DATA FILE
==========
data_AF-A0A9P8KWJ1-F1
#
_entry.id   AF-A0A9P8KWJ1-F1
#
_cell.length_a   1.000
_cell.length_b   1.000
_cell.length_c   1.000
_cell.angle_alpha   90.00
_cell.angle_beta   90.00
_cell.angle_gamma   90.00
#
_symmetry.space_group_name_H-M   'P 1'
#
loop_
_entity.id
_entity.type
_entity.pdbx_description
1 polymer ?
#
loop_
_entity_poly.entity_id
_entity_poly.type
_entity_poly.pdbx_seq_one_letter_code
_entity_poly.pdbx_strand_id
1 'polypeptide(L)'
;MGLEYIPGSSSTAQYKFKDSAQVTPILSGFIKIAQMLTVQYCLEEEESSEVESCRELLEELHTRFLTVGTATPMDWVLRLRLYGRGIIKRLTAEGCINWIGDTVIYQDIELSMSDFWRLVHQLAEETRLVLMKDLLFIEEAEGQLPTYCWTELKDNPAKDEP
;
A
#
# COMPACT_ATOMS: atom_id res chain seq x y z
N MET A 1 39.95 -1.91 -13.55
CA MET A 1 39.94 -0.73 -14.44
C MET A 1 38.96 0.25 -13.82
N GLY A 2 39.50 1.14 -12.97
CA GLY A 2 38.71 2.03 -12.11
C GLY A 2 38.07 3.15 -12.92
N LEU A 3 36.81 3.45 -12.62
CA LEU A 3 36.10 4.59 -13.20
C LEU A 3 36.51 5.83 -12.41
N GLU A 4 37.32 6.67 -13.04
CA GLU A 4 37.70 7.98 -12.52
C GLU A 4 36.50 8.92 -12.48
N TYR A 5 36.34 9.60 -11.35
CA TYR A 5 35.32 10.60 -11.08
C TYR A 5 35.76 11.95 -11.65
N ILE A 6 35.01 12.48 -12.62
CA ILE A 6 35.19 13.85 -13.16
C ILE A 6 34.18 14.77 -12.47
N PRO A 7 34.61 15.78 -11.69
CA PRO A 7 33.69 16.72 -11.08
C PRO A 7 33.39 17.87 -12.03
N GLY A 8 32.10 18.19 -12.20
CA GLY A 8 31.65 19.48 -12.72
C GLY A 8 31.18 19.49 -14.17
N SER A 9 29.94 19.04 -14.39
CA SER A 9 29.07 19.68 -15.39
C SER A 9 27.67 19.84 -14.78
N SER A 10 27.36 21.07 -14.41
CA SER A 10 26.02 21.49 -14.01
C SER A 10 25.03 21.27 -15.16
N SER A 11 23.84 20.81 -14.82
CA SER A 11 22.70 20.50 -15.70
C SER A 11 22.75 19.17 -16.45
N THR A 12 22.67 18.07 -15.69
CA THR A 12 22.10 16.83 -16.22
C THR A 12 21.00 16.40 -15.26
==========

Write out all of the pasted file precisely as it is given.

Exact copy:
data_AF-A0A9P8KWJ1-F1
#
_entry.id   AF-A0A9P8KWJ1-F1
#
_cell.length_a   1.000
_cell.length_b   1.000
_cell.length_c   1.000
_cell.angle_alpha   90.00
_cell.angle_beta   90.00
_cell.angle_gamma   90.00
#
_symmetry.space_group_name_H-M   'P 1'
#
loop_
_entity.id
_entity.type
_entity.pdbx_description
1 polymer ?
#
loop_
_entity_poly.entity_id
_entity_poly.type
_entity_poly.pdbx_seq_one_letter_code
_entity_poly.pdbx_strand_id
1 'polypeptide(L)'
;MGLEYIPGSSSTAQYKFKDSAQVTPILSGFIKIAQMLTVQYCLEEEESSEVESCRELLEELHTRFLTVGTATPMDWVLRLRLYGRGIIKRLTAEGCINWIGDTVIYQDIELSMSDFWRLVHQLAEETRLVLMKDLLFIEEAEGQLPTYCWTELKDNPAKDEP
;
A
#
# COMPACT_ATOMS: atom_id res chain seq x y z
N MET A 1 39.95 -1.91 -13.55
CA MET A 1 39.94 -0.73 -14.44
C MET A 1 38.96 0.25 -13.82
N GLY A 2 39.50 1.14 -12.97
CA GLY A 2 38.71 2.03 -12.11
C GLY A 2 38.07 3.15 -12.92
N LEU A 3 36.81 3.45 -12.62
CA LEU A 3 36.10 4.59 -13.20
C LEU A 3 36.51 5.83 -12.41
N GLU A 4 37.32 6.67 -13.04
CA GLU A 4 37.70 7.98 -12.52
C GLU A 4 36.50 8.92 -12.48
N TYR A 5 36.34 9.60 -11.35
CA TYR A 5 35.32 10.60 -11.08
C TYR A 5 35.76 11.95 -11.65
N ILE A 6 35.01 12.48 -12.62
CA ILE A 6 35.19 13.85 -13.16
C ILE A 6 34.18 14.77 -12.47
N PRO A 7 34.61 15.78 -11.69
CA PRO A 7 33.69 16.72 -11.08
C PRO A 7 33.39 17.87 -12.03
N GLY A 8 32.10 18.19 -12.20
CA GLY A 8 31.65 19.48 -12.72
C GLY A 8 31.18 19.49 -14.17
N SER A 9 29.94 19.04 -14.39
CA SER A 9 29.07 19.68 -15.39
C SER A 9 27.67 19.84 -14.78
N SER A 10 27.36 21.07 -14.41
CA SER A 10 26.02 21.49 -14.01
C SER A 10 25.03 21.27 -15.16
N SER A 11 23.84 20.81 -14.82
CA SER A 11 22.70 20.50 -15.70
C SER A 11 22.75 19.17 -16.45
N THR A 12 22.67 18.07 -15.69
CA THR A 12 22.10 16.83 -16.22
C THR A 12 21.00 16.40 -15.26